The house I live in was originally built by a man and his uninterested girlfriend (I was told she never wanted to move here). And it shows in many of the details. If he was thoughtful enough to create plenty of storage space and to lavish a lot of money on the custom-built kitchen, he then scrimped on the appliances. In the 10 years I have lived in the house, I have gotten around to changing some of the things that bugged me the most, like the golden faucets, but some of this gentleman’s decorating choices still endure. Take the bathrooms. I am all for shopping local but this man found a tile manufacturer close to home and commissioned some ocean themed tableau that probably cost a pretty penny and that, every time I step into the shower, makes me feel like an extra in “Finding Nemo”. Other more pressing financial concerns have always taken the precedence but, on my wish list, demolishing the “aquarium” and starting over is a dream I am hoping to fulfill.
And who doesn’t have such decorating dreams? Most of America and the rest of the Western World, judging from the proliferation of remodelling shows on networks everywhere. Pretending to look for ideas, we fall prey to a new kind of voyeurism and we watch, enthralled as houses and rooms receive radical make-overs.
Sometimes, brightening up a space requires just a few objects that renew our interest. And sometimes they can be had for modest budgets at such price conscious places like Ikea, Zara Home or JC Penney.
I have come to the conclusion that wrestling with Ikea’s assembling instructions is a waste of my time so I will only buy items already assembled or else stand alone objects. And it’s impossible not to circle the Swedish maze and walk out empty-handed (click on photos for info and prices).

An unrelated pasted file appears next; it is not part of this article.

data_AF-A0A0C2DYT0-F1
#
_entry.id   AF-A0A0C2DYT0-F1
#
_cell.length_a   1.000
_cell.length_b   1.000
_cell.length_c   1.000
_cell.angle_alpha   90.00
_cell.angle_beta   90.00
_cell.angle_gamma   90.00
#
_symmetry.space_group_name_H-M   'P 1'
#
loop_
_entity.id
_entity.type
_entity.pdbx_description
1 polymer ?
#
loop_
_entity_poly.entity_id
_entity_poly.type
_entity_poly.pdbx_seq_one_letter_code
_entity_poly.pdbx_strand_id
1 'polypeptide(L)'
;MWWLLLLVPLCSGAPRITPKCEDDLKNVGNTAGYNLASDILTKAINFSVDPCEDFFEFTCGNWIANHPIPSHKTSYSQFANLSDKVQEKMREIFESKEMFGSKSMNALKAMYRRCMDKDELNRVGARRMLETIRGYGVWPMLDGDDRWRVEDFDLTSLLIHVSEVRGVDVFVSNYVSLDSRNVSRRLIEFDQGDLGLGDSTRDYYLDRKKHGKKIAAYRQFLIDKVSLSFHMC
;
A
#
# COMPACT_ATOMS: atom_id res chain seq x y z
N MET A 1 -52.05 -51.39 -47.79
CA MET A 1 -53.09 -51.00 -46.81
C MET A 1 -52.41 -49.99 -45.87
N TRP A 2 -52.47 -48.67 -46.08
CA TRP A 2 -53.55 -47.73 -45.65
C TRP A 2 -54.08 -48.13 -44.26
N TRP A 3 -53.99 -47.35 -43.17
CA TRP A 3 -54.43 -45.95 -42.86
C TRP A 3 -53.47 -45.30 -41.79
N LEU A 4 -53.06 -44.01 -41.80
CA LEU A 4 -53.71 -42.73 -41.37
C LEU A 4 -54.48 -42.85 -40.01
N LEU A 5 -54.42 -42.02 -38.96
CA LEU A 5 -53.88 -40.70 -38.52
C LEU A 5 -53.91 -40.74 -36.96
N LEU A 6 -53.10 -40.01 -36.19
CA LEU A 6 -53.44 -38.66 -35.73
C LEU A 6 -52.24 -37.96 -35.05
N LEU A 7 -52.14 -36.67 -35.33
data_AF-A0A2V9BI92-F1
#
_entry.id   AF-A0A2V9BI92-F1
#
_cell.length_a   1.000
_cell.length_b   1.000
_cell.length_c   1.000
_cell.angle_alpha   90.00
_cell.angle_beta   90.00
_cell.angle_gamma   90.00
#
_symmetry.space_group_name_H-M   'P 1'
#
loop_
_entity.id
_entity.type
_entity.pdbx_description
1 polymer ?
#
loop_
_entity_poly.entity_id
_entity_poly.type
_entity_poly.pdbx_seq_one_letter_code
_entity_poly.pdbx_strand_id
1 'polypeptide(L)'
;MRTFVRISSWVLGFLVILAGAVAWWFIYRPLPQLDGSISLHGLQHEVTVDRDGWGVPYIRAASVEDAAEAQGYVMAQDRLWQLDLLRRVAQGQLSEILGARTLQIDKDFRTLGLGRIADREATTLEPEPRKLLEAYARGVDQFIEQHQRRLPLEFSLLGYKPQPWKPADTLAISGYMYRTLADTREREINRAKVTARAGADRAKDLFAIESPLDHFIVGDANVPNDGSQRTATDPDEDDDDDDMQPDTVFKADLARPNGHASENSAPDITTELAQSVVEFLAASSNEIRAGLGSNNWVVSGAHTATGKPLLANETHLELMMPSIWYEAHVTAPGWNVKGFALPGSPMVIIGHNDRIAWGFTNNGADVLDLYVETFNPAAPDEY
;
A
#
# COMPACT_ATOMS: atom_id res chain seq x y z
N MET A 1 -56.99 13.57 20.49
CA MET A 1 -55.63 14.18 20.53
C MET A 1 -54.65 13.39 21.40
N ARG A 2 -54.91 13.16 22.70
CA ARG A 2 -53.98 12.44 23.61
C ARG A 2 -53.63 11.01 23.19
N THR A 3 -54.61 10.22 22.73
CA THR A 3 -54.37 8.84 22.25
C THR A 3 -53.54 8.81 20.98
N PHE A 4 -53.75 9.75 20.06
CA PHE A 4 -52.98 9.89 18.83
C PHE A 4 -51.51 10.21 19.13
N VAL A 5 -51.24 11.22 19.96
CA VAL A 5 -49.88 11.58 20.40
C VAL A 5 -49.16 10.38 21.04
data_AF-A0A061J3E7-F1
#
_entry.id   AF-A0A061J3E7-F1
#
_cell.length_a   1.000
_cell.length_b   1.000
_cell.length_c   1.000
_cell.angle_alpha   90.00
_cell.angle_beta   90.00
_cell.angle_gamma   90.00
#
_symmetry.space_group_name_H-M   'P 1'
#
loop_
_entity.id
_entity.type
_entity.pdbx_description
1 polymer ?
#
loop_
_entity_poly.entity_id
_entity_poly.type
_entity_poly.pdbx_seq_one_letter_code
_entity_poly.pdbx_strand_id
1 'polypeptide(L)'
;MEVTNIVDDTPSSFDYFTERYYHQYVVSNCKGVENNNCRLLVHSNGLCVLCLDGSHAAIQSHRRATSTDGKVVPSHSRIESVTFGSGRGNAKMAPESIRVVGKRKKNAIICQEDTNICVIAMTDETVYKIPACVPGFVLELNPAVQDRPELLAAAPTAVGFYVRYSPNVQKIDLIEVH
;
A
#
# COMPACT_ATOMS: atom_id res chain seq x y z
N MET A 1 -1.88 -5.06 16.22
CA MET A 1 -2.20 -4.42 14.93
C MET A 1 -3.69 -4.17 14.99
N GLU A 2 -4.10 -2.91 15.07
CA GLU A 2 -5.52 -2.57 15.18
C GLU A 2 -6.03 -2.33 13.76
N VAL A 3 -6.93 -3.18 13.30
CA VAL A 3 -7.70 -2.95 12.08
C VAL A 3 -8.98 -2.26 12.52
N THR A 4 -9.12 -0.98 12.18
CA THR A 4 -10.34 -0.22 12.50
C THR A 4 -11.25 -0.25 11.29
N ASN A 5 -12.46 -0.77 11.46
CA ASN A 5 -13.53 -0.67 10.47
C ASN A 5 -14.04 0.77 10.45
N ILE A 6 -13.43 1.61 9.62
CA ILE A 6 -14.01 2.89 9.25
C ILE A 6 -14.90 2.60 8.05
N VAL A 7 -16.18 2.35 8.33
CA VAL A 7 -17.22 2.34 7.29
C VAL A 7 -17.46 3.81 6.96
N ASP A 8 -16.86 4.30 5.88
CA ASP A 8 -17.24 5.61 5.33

As to JCPenney, I am not sure I have ever been in one – it’s one of those places that just don’t come to (my) mind. I understand they have a new CEO who has been trying to reposition the discount chain and, so far, has failed miserably. What he has done, though, is partner up with some well-known designers to deliver stylish pieces at affordable prices. I was particularly intrigued by the Conran name. Conran is a British institution, not exactly affordable in the UK, whose line of modern, comfortable and design driven furniture revolutionized the English market a couple of decades back. The Conran pieces on sale through JCPenney are many steps above their usual fare, if not exactly cheap but, if you are on the market for a new couch or bookcase, it might pay to consider them – they are still a much better deal than comparable items from Design within Reach.
Zara has a home good website that is just as cheap as its clothing line. You have to look rather hard to find quirky and stylish pieces but there are a few items here and there that do the trick.
And then there is always Alessi. The Italian manufacturer has been teaming up for decades with innovative designers and architects to deliver quirky everyday objects. I still draw immense pleasure in boiling water every morning in my bird kettle and, every time I hand the iconic corkscrew lady to a friend to open a bottle of wine, I smile as he or she tries to figure out how to use the pretty dame. Some of the items are not sold at discount prices but, 10 years in, my kettle is still in pristine condition. Now, do I really need the beaver pencil sharpener? It just depends on how bad of a day I am having at my desk.
(All of these images were sourced at the relevant websites. None of this post is sponsored or paid for in any way- all of these items are things we love.)